Europe: Lesbians and gay men march with pride to end prejudice
“Equality before the law with no discrimination is the message that gay rights activists take to the streets. Yet more often than not they are prevented from doing so in safety,” said Nicola Duckworth, Europe and Central Asia Programme Director at Amnesty International.
In a number of countries, mainly in Eastern Europe, participants in pride events too often face threats and official hostility even before they march. They are jeered, spat at, and pummelled with bottles, eggs, excrement, and fists by protesters, sometimes while police look on.
On 11 May, 60 would-be participants sought to travel to the Moldovan capital in defiance of a ban a pride march – the sixth time such a ban had been imposed. There, at least three times as many protesters surrounded their bus, forced open the doors, and seized their banners and flags while police watched from half a dozen patrol cars parked nearby.
Even the Eurovision Song Contest to be held on 20-24 May in Belgrade is not safe from anti-gay protesters. In Serbia, where safety concerns have prevented the Gay-Straight Alliance from organizing a pride event, an extremist group had threatened violence against anyone they perceive as lesbian or gay at the event.
In a number of East European countries, some events are banned outright, in violation of international law. Authorities breach their obligations claiming security concerns and the violation of what they perceive as spiritual and moral values.
Amnesty International is campaigning for the rights of lesbian, gay, bisexual and transgender people to be free from physical and verbal attacks and threats; free to assemble and organise events; and be adequately protected by law enforcement officials.
At the end of this month for the second year running, Amnesty International activists from over 20 countries will take part in Riga’s pride march to display international support and solidarity. The march will be a test of how far respect for equality extends.
“Regardless of the obstacles thrown in their way, lesbian and gay activists are claiming their human rights. It is the duty of governments to deliver on their obligations,” Nicola Duckworth said.
For information on Riga Gay Pride Parade 2008, see http://www.facebook.com/group.php?gid=13480432185
The Gay Pride march in Riga in 2005 was initially banned and then took place without adequate police protection. The 2006 march was banned and the authorities failed yet again to provide adequate police protection for the participants of an indoors meeting.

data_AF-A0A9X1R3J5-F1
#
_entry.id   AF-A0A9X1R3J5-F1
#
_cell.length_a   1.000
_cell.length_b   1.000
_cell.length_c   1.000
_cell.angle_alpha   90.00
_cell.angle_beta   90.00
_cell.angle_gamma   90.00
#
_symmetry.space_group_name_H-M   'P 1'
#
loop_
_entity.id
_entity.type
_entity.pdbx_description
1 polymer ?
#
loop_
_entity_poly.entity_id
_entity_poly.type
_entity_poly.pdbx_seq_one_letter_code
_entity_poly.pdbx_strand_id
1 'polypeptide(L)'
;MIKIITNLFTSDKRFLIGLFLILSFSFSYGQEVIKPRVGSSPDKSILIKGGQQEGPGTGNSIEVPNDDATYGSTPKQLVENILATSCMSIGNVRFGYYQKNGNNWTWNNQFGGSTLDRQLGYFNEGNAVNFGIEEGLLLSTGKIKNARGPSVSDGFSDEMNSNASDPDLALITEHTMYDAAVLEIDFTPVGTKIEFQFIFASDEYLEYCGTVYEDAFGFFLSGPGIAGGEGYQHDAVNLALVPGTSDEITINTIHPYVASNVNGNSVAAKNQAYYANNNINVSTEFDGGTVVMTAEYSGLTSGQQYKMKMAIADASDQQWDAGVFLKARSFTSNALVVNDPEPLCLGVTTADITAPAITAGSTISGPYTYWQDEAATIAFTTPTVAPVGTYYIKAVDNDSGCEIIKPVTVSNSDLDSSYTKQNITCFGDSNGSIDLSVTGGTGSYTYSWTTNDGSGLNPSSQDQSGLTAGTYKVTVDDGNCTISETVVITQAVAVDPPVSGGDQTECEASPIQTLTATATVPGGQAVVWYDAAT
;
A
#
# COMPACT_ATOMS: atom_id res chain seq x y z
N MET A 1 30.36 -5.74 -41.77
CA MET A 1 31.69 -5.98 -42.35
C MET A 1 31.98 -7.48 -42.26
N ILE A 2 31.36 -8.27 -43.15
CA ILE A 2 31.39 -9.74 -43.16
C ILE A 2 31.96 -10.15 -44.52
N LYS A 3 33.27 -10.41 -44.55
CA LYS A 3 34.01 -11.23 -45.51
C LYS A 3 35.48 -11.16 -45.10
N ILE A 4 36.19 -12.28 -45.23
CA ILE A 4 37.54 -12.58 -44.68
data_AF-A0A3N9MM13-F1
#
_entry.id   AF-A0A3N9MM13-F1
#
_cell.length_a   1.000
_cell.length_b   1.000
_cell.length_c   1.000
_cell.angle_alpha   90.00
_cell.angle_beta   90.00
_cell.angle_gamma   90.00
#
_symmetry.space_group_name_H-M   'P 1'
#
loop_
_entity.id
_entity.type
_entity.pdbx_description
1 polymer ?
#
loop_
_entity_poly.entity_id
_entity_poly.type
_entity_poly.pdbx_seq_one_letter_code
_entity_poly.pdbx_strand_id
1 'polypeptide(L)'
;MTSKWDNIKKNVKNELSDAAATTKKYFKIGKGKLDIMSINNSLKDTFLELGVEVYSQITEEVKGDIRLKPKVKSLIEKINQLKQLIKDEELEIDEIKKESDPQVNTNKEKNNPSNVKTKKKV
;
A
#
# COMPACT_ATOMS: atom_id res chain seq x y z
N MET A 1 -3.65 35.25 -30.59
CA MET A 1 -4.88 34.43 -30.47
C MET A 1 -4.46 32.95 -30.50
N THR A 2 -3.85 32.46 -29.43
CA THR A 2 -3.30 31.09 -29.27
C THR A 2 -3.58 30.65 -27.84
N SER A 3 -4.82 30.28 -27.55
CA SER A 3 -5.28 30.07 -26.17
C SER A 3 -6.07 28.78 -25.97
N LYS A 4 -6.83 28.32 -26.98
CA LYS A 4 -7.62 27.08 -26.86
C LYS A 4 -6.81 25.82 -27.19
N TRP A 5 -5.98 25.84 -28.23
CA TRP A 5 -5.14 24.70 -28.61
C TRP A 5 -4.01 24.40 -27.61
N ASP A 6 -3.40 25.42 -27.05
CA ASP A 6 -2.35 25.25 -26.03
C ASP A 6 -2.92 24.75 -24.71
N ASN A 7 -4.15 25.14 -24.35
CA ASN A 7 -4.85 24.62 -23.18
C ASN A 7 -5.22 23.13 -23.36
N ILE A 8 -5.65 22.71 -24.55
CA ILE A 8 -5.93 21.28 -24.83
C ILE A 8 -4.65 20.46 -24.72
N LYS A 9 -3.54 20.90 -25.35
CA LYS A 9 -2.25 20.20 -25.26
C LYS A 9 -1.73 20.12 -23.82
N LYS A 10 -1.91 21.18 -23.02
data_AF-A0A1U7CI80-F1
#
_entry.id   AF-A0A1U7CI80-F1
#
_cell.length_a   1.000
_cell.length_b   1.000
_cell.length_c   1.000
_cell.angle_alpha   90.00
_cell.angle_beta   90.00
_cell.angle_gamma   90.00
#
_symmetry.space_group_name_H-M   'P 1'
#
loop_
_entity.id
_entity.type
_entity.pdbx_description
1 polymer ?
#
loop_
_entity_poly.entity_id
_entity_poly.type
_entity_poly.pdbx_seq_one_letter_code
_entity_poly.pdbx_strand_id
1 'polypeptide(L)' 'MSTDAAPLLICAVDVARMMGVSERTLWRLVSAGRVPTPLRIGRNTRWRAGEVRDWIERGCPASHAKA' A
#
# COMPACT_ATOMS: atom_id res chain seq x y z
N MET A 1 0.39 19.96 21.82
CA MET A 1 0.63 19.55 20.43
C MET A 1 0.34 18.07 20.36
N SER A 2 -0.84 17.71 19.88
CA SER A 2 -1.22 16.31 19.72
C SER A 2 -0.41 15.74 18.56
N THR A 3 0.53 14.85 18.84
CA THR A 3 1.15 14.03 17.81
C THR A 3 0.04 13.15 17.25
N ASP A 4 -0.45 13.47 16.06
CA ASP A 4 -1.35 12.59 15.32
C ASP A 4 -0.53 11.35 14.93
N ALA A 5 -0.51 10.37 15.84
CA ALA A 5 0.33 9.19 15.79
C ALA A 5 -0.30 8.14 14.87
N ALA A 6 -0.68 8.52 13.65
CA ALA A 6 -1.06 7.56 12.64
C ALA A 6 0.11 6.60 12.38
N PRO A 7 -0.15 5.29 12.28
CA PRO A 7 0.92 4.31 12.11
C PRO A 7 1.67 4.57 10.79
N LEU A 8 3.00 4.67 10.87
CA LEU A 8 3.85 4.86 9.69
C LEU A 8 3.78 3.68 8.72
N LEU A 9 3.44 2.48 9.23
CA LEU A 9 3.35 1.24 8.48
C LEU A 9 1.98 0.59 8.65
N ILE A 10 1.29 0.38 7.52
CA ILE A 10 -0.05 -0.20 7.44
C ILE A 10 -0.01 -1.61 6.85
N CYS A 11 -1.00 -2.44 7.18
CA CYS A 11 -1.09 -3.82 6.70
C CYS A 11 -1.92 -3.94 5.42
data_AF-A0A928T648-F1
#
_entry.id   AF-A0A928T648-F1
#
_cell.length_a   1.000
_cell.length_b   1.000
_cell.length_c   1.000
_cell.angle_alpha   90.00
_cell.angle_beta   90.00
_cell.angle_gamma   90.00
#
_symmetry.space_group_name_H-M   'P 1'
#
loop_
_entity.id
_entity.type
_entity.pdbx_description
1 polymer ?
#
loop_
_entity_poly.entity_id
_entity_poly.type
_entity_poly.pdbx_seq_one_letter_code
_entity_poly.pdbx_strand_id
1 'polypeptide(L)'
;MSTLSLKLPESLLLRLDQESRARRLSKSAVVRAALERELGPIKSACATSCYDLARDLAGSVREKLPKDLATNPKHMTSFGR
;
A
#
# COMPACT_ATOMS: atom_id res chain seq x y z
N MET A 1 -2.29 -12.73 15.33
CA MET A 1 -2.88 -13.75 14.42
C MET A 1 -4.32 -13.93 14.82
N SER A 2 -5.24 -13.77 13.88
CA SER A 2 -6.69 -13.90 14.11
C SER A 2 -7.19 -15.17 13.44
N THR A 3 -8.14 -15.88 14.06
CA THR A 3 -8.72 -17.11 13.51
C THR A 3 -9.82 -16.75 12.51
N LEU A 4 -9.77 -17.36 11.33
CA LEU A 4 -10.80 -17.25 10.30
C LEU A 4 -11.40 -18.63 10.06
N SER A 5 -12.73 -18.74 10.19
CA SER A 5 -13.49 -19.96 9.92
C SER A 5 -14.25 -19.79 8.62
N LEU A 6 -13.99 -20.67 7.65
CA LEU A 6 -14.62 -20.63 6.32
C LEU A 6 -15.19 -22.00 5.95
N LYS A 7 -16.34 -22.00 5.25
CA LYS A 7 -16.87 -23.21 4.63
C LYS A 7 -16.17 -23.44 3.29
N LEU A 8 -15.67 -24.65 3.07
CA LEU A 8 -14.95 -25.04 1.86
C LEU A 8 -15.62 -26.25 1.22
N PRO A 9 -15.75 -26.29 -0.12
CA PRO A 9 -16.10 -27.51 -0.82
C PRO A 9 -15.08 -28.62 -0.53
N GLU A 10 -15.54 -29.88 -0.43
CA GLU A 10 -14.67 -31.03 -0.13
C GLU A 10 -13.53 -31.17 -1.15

Last year over 400 people, including Amnesty International activists from across Europe, marched in a closed-off park in central Riga.
For the third year running this May, the Moscow city authorities have denied gay and lesbian activists permission to march. Appeals against the earlier bans are pending before the European Court of Human Rights.
In Croatia, groups will hold pride events in Zagreb at the end of June. In 2006 and 2007, even though the police officers assigned outnumbered the demonstrators by nearly two to one, they could not protect them from attacks during and after the marches.
In 2007, the mayor of Vilnius refused to give permission for an EU-sponsored anti-discrimination truck tour as part of a 'For Diversity. Against Discrimination' information campaign to make its planned stop in the capital of Lithuania. The Vilnius City Council also voted unanimously to ban a tolerance campaign rally in support of human rights of various groups, including the rights of lesbians and gay men. The European Commission criticized the bans.
Polish courts and the European Court of Human Rights found bans on pride events in Polish cities to be unlawful. The 2007 Warsaw parade drew a record 5,000 supporters and little protest, and a smaller march in Krakow went forward without major incident.
Croatia, Latvia, Lithuania, Poland, Moldova, and Serbia were among 54 states that, in 2006, signed up to a statement at the UN Human Rights Council expressing “deep concern at these ongoing human rights violations [against lesbians, gay men, bisexual and transgender people]. The principles of universality and non-discrimination require that these issues be addressed.”